Clinical utility of methicillin-resistant Staphylococcus aureus nasal PCR to streamline antimicrobial use in treatment of diabetic foot infection with or without osteomyelitis

Gaielle Harb, Teri Hopkins, Linda Yang, Kathleen Morneau, Jose Cadena-Zuluaga, Elizabeth Walter, Christopher Frei

Research output: Contribution to journalArticlepeer-review

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Background: Diabetic Foot Infection (DFI) guidelines recommend empiric methicillin-resistant Staphylococcus aureus (MRSA)-targeted therapy in settings where there is high prevalence of MRSA infections or in cases of severe infection; however, they do not provide recommendations for de-escalation. This approach has the potential to increase unnecessary use of broad-spectrum antibiotics; therefore, additional strategies are needed to optimize appropriate antibiotic use. This study evaluates the effect of MRSA nasal PCR testing on MRSA-targeted antibiotic use and clinical outcomes in patients with DFI. Methods: This was a retrospective quasi-experimental study of patients admitted to South Texas Veterans Health Care System for DFI, with or without osteomyelitis (OM), who had an MRSA nasal PCR and culture data. Eligible patients were identified from the Corporate Data Warehouse and reviewed via electronic health record. Patients were allocated into two groups: PRE (5/1/2019-4/30/2020) and POST (12/1/2020-11/30/2021) protocol implementation for de-escalation or avoidance of MRSA-targeted antibiotics. The primary outcome was median (interquartile range [IQR]) hours of empiric inpatient MRSA-targeted antibiotic therapy. A Wilcoxon Rank Sum test was used to assess the difference between the groups for the primary outcome. Secondary outcomes included the proportion of patients needing MRSA coverage added back for MRSA after de-escalation, hospital readmission, length of hospital stay (LOS), patient mortality, and acute kidney injury. Results: A total of 151 patients were included (83 PRE; 68 POST). Most patients were male (98% PRE; 97% POST) with a median age of 64 (IQR, 56–72) years. Incidence of MRSA in DFI in the cohort was 14.7% overall (12% PRE and 17.6% POST). MRSA was detected via nasal PCR in 12% of patients 15.7% PRE and 7.4% POST). After protocol implementation, there was a significant decrease in empiric MRSA-targeted antibiotic therapy use, from a median of 72 (IQR, 27–120) hours in the PRE group, to 24 (IQR, 12–72) hours in the POST group (p < 0.01). No significant differences were found for other secondary outcomes. Conclusion: This study of patients presenting to a Veterans Affairs (VA) hospital with DFI identified a statistically significant decrease in median duration of MRSA-targeted antibiotic use post-protocol implementation. This suggests a favorable effect of MRSA nasal PCR for de-escalation or avoidance of MRSA-targeted antibiotics in DFI.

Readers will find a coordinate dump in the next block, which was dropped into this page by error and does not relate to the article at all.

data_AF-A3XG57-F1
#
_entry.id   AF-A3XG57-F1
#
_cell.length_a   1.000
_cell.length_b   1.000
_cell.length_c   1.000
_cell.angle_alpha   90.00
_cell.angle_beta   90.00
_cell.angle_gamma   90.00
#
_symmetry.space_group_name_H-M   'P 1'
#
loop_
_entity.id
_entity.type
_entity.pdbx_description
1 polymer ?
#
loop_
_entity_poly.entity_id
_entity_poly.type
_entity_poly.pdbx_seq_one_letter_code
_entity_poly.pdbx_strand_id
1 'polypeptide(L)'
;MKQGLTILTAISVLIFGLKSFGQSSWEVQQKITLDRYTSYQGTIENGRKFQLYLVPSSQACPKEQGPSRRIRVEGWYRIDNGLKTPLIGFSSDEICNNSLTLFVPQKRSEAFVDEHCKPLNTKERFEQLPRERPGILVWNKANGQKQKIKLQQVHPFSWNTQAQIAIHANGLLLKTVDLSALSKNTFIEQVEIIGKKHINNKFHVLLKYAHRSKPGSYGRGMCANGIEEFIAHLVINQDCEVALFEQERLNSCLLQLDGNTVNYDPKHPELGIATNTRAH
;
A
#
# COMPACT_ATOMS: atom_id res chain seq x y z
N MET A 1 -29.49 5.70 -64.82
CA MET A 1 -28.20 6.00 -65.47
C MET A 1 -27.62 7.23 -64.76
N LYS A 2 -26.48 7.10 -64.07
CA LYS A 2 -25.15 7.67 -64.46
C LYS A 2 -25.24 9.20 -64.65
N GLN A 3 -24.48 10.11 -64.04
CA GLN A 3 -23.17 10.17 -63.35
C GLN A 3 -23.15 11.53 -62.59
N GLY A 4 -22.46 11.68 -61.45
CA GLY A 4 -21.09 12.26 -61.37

Original languageEnglish (US)
Article number297
JournalBMC Infectious Diseases
Issue number1
StatePublished - Dec 2023


  • Antibacterial agents
  • Diabetic foot
  • Drug utilization
  • Methicillin-resistant Staphylococcus aureus
  • Polymerase chain reaction

ASJC Scopus subject areas

  • Infectious Diseases


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